GUANTANAMO BAY NAVAL BASE, Cuba -- The man in charge of the Guantanamo Bay prison told reporters here Tuesday that nothing was out of the ordinary when interpreters searched detainees’ Qurans in February, the event which purportedly set off a months-long hunger strike.
Detainees have told their lawyers that a primary impetus for the hunger strike was the search of the Qurans during a shakedown in early February. But Col. John V. Bogdan, in charge of the prison's guard force, said during a media briefing on Tuesday morning that the Quran searches have been standard practice for awhile.
Bogdan told reporters “nothing” was different about the February search, and that Korans are inspected during every shakedown. “Our procedures were the same as we have followed since they were put into place, nothing different as far as our side,” he said.
The officer, who was not present during the search but came in after it was finished, said there were no signs that detainees were specifically upset about how the Qurans were handled until several days afterwards.
“They behaved exactly the same way they normally do. They physically were present when the Korans were inspected, [the Korans were] put into the bins and then they would take the bins and move them into the rec yard as we cleared the block for the shakedown. It was the linguist flipping through the Korans, one at a time, the way they always do,” Bogdan described.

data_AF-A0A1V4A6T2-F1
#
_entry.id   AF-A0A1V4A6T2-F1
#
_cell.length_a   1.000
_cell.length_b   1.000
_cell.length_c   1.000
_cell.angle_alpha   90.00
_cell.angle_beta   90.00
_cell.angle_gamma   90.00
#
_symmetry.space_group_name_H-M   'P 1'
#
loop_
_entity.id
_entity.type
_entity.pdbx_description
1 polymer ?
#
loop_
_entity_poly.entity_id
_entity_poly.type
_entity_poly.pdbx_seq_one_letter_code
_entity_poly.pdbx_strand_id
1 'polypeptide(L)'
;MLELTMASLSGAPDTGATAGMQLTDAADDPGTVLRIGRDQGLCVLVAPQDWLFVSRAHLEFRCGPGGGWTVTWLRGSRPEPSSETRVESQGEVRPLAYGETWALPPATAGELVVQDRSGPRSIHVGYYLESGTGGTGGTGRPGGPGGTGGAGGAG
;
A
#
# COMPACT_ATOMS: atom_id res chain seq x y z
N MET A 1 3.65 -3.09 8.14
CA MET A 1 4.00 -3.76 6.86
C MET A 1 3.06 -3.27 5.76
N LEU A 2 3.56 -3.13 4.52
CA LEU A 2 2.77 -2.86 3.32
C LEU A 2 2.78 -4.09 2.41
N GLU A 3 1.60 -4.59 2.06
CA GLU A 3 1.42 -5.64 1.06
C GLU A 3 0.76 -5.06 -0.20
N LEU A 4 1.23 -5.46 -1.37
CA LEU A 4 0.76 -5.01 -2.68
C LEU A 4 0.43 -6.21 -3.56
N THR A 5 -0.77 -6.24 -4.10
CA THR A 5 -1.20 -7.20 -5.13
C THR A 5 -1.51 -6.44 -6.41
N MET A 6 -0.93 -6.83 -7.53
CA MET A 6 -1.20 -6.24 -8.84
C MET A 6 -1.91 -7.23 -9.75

The military has claimed that detainees have hidden weapons in copies of the Quran but hasn’t provided evidence to substantiate that claim. Military officials have not allowed detainees to surrender their Qurans so that they are not searched in the future because doing so could be seen as the military committing desecration, a military spokesman told The Miami Herald earlier this month.
“The fact of the matter is that everything that happened during the shakedown and the inspection is absolutely the same way we’ve always done it,” Bogdan continued. “There was no immediate response or perception by anyone, detainees, anyone involved, that anything had been done differently. The accusations made by them came out days later.”
“They were not happy about the shakedown," he said, "and decided that was the point where they would start covering cameras.”